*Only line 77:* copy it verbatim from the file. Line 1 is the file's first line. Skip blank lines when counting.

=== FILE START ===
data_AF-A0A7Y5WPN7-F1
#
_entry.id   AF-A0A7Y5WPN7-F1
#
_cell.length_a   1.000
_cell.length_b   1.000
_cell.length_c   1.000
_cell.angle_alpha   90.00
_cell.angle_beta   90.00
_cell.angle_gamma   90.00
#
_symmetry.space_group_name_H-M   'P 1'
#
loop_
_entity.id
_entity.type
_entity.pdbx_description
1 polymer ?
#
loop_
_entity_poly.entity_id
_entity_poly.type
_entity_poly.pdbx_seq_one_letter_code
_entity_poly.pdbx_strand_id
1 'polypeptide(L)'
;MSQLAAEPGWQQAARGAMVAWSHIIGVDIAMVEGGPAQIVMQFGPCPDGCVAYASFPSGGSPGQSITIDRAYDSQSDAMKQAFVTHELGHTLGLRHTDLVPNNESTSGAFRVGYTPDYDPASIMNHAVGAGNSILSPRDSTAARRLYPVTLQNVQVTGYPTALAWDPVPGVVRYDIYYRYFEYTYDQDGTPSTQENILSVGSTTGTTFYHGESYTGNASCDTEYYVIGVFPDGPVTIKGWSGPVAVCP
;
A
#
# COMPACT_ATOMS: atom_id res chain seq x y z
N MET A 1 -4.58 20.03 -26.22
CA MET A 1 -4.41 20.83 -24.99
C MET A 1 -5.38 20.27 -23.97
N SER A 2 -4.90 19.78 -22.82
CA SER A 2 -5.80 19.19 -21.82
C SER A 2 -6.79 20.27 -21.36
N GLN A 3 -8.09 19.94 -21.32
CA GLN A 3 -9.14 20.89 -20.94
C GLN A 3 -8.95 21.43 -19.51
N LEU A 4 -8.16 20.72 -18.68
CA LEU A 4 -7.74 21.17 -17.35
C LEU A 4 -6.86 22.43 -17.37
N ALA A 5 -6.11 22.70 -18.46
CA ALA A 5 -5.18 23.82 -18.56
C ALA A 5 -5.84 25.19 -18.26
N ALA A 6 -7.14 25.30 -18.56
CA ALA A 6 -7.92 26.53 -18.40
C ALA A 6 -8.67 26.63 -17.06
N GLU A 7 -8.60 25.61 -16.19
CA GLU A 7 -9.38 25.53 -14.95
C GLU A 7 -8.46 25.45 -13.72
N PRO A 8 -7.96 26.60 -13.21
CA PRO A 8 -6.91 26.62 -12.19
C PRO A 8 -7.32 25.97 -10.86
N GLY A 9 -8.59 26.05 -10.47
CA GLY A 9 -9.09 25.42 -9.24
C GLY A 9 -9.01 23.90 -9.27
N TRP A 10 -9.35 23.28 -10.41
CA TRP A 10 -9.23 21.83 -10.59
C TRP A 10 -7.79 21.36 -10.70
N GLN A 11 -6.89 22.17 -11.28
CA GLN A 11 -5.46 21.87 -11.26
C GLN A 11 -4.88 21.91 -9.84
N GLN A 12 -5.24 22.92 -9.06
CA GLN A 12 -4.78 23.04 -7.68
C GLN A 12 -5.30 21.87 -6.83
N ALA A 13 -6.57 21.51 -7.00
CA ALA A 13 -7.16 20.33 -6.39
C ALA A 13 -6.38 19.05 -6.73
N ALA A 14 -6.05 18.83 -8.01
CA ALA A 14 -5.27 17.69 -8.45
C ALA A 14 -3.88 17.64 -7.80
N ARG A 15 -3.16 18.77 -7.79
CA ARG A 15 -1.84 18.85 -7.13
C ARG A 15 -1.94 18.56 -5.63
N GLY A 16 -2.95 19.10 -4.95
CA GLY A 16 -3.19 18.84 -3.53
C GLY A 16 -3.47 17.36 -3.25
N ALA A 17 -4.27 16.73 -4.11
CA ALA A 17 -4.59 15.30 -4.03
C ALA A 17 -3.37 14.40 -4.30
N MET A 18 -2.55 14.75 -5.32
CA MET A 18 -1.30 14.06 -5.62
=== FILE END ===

CA GLY A 16 -3.19 18.84 -3.53